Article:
Reasons Not to Ignore Heavy Periods


On average, a woman starts ovulating at age 12 and this runs until menopause around age 45 or 50. Ideally, a woman will have monthly periods for close to half of the expected lifespan. Your daily routine can be interfered with if you experience heavy periods. If you fall into this category, your gynecologist in Marion can help. At Marion Ob/Gyn Inc., Dr. David W. Foulk and his team are dedicated to improving your reproductive health.

Below is why you should not assume that everything is okay when you have heavy menstrual bleeding.

Menstrual Cycle Basics

The average menstrual cycle lasts for 28 days, even though one can last between 24-38 days. Menstruation begins when your uterine wall lining starts to thicken in readiness to receive an ova from the ovaries.

Once the ovaries release an egg, it is ready to be fertilized within a day. The uterine wall remains in this state for two weeks whether or not a sperm fertilizes the egg. If pregnancy does not occur, the thickened uterine wall is shed, resulting in period bleeding.

Abnormally Heavy Periods

Since it is normal to have a heavy period, it is essential for you to understand where the limit is. Your period is abnormal if it causes:

  • Disruption in your sleep during the night and requires a change of sanitary pads or tampons after every hour in a row
  • Uncontrollable flow requiring you to wear double sanitary towels
  • Blood clots in the period discharge

If your periods last past a week, even if there is no heavy flow, this is considered abnormal.

Common Causes of Heavy Periods

If you are experiencing signs of a heavy period, your health must be probed. If left untreated, heavy periods can make you suffer from chronic anemia, which can make you run short of breath, feel worn out and have frequent headaches. Event worse, heavy periods can indicate an underlying problem that can negatively impact your dream to become a parent. Heavy periods can be caused by:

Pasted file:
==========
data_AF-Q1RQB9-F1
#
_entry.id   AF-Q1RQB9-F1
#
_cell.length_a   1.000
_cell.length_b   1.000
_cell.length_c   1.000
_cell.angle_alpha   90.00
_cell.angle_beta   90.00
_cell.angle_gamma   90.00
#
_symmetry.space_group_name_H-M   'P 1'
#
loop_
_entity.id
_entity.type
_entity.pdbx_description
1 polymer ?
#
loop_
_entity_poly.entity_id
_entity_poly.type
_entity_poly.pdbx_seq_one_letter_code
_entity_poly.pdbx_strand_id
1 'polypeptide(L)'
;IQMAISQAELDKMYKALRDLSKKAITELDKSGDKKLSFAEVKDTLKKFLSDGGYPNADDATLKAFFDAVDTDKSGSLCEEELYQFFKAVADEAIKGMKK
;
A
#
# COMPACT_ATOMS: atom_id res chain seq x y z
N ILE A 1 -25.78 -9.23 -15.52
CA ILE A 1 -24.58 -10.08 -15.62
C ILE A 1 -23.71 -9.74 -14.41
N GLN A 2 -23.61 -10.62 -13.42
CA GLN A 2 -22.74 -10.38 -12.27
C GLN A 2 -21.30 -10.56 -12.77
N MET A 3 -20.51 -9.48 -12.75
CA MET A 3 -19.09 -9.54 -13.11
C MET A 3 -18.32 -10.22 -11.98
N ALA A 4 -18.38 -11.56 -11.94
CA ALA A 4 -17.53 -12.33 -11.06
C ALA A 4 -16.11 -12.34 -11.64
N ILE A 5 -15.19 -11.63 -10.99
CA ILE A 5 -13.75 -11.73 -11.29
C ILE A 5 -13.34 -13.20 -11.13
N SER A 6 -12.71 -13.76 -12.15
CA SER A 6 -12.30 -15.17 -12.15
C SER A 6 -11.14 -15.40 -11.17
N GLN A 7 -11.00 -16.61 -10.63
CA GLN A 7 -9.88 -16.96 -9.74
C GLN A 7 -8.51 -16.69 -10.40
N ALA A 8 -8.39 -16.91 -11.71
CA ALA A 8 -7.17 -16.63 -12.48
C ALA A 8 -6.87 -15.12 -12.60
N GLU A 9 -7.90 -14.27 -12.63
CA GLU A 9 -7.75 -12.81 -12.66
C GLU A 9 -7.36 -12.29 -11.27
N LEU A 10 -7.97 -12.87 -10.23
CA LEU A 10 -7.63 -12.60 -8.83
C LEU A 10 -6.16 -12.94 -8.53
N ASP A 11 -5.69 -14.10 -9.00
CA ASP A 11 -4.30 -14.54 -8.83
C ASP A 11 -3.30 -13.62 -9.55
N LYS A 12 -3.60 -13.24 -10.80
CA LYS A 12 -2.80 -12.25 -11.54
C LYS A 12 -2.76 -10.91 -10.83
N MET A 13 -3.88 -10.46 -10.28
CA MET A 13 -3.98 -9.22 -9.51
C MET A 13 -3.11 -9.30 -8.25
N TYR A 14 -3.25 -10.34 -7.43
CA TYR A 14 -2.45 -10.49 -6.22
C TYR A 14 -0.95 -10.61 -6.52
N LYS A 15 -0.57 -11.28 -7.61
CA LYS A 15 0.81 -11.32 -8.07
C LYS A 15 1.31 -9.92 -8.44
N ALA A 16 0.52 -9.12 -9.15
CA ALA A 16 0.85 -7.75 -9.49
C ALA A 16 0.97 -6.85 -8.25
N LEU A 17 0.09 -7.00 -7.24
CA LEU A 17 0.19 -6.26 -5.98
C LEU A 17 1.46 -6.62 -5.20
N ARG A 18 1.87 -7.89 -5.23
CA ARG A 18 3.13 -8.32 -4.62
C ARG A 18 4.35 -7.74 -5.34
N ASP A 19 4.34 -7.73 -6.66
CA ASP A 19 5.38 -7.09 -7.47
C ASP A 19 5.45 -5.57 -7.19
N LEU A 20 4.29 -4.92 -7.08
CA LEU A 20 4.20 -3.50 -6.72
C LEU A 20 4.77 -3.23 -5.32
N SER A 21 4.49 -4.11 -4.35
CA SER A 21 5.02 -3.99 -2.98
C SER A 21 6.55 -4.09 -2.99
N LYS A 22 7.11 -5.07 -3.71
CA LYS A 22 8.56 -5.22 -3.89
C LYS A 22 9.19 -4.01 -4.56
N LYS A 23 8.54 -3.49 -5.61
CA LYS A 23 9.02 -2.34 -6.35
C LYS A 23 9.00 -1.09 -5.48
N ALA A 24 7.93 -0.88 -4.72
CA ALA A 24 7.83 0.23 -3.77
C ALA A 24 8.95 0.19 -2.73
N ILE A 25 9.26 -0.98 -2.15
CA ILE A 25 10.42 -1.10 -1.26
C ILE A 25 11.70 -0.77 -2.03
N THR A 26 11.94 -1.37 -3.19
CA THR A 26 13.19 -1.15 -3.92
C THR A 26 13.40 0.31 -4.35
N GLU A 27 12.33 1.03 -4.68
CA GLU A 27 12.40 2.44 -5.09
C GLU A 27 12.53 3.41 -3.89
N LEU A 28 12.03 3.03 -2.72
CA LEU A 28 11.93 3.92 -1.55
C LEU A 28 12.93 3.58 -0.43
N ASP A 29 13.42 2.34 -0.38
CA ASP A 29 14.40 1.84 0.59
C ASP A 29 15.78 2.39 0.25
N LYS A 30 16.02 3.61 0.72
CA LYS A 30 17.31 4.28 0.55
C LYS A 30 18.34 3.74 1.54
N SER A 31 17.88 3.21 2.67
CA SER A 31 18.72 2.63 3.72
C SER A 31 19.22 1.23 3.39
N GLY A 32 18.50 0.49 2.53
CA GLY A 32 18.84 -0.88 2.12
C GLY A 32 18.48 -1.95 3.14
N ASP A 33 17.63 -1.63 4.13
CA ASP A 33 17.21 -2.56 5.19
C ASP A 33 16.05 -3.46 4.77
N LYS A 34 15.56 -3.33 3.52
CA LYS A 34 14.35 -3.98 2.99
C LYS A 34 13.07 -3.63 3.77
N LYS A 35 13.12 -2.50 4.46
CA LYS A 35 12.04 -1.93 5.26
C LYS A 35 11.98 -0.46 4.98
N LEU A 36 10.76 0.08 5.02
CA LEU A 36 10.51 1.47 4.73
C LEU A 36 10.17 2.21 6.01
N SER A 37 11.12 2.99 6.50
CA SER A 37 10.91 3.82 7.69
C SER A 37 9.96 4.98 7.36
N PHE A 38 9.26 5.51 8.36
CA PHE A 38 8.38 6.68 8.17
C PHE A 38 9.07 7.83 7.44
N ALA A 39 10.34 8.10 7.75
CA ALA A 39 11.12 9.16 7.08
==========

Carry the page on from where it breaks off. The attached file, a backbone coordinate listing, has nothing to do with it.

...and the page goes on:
Hormone-Related Conditions

An imbalance of the reproductive hormone is usually a prime suspect of heavy menstrual bleeding. This can be caused by insulin resistance, polycystic ovary syndrome (PCOS), a thyroid problem or ovarian dysfunction.

Cancer and Noncancerous Growths

Heavy menstrual bleeding can also be caused by uterine, endometrial, and cervical polyps. Precancerous conditions such as endometrial hyperplasia can also cause heavy period bleeding. Your gynecologist recommends yearly checks to arrest such conditions before metastasis.

Bleeding disorders

If you have a bleeding disorder, this makes it hard for your blood to clot. This can make you have heavy and extended periods. Bleeding disorders also increase your risk of developing complications after childbirth.

When you visit your gynecologist, a thorough investigation will be undertaken to get to the root cause of your chronically heavy period. Your doctor has good news that most of the conditions which cause heavy periods are treatable.

It is time to put a stop to your heavy bleeding. Consult your experienced gynecologist for an evaluation.

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